To a “friendly” company witness questioned as part of an investigation, the mere fact that they’ve been asked to answer questions posed by a lawyer (whom they just met) must mean that either their past judgment or a decision they made is being questioned or, worse, they screwed up and their job is in jeopardy. (The assurance by the lawyer that everything said in the interview is protected under the attorney-client privilege gives fearful, worried sources little solace — assuming they even understand the significance of the privilege.)
Opposing-party witnesses are coached on how to answer. We know what lawyers tell clients before a deposition:
- Answer "Yes," "No" or "I don’t know." Use "I don’t know" whenever possible.
- If you have to give a response, make it short. No long narrative answers or explanations.
- Answer only the exact question asked.
- Make the examiner draw the information out of you by the questions asked, not by you being helpful or explaining anything.
- Don’t volunteer anything.
- Don’t be helpful.
- Don’t explain yourself.
Witness preparation, in most instances, is mostly about coaching the witness on how to avoid giving a revealing and responsive answer to a question. It’s prepping the witness’s red brain to be on alert and poised.
The professional expert witness is experienced and skilled in how to answer questions — actually how not to answer questions. The chances are good that the professional witness you’re questioning has been deposed or given trial testimony dozens of times. The professional witness is comfortable. She operates in blue brain, unless the examiner can get her into red brain. Professional witnesses know a ton more about their areas of expertise than examiners will ever know. They know how to dodge a question by challenging the premise of the question or the data underlying it.
Given these challenges, what should the examiner do?
Choose Shades of Gray, Not Black and White
The investigative questions lawyers ask should require the source or witness to choose between shades of gray, rather than black and white. The investigative questions should change the dynamic between the investigator and the source or witness. They should be designed to prevent the knee-jerk answer — usually either a denial or the answer that makes the source look good.
Assume you’re the attorney for the plaintiff in a wrongful termination case and you’re deposing the head of human resources for the defendant company who fired your client.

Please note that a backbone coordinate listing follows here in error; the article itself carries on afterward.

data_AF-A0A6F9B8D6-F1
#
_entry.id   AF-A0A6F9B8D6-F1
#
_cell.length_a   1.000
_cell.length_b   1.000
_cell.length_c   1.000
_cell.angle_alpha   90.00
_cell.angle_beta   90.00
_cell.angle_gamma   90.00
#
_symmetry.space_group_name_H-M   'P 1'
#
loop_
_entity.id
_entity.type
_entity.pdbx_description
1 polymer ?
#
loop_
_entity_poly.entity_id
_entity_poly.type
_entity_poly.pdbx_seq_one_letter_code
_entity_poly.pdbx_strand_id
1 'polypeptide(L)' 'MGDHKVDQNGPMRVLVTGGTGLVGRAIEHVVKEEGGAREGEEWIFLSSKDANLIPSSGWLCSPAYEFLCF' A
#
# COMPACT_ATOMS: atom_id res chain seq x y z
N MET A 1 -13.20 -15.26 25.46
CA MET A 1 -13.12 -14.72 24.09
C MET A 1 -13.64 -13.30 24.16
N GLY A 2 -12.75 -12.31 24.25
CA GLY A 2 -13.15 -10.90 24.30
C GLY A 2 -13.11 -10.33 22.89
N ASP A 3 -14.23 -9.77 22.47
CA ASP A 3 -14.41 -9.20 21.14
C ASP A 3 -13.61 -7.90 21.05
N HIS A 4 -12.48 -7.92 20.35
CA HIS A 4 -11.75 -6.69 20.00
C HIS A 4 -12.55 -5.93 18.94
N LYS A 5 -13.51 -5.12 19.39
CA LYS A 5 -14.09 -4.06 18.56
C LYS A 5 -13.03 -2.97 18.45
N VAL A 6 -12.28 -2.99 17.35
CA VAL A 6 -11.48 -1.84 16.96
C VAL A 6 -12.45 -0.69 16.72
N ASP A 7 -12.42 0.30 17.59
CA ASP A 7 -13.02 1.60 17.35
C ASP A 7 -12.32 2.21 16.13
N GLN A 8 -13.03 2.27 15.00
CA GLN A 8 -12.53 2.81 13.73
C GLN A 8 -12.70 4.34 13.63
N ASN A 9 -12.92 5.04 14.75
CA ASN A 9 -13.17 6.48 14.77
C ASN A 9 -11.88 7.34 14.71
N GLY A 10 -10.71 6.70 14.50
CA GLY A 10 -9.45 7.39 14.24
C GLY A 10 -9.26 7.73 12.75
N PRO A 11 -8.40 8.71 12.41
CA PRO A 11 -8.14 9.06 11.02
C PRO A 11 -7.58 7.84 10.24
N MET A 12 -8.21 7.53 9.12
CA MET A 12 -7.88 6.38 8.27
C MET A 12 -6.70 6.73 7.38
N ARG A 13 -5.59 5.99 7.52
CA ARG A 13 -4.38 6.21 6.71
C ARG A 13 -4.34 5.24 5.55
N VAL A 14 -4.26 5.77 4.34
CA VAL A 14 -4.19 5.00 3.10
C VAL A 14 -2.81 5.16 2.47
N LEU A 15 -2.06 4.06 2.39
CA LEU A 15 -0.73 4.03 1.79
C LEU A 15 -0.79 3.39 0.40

You ask these black-and-white questions:
Q: Was the firing of the plaintiff consistent with the company’s mission statement?
Q: Were you satisfied the company conducted a thorough investigation before firing the plaintiff?
Do we know what the answers will be before the answers are given? Of course we do. Unless the head of HR decided to go rogue on the company, the answers will be “yes.” If the goal of the questioning is to cause the head of HR to reveal information that will allow more follow-up questions that will elicit still more information, then the examiner needs to change the questioning strategy. Instead of asking those binary questions, the examiner should ask questions that cause the source to choose shades of gray. Here are those questions reframed:
Q: How did the company’s mission statement — to treat employees like family, let’s say — impact the decision to fire the plaintiff?
Q: Under the company’s policy, what are all of the steps that need to occur in an employee investigation before an employee is fired?
By asking these questions, the examiner will receive far more interesting answers and definitely not a yes or no response. The examiner then uses the answers to these questions to form new questions (using the "Five Ws and One H" discussed in Part 4 of this series). What if the answer to the last question is: "The company doesn’t have a policy that outlines the steps." Then the next question should be: "Why doesn’t the company have a policy?"
In short, if your purpose in asking investigative questions is to obtain substantive and revealing answers from the source, then don’t ask tough-sounding questions. Ask tough questions. Parts 4 and 5 of this series discuss techniques for asking truly tough questions.
David Dolkas was a litigator and trial lawyer for 34 years, most recently with McDermott Will & Emery LLP. He now trains and coaches lawyers on how to MAP (manage, analyze and present) complex cases and how to map careers.
 Susan Paterno, “The Question Man,” American Journalism Review, October 2000, 6.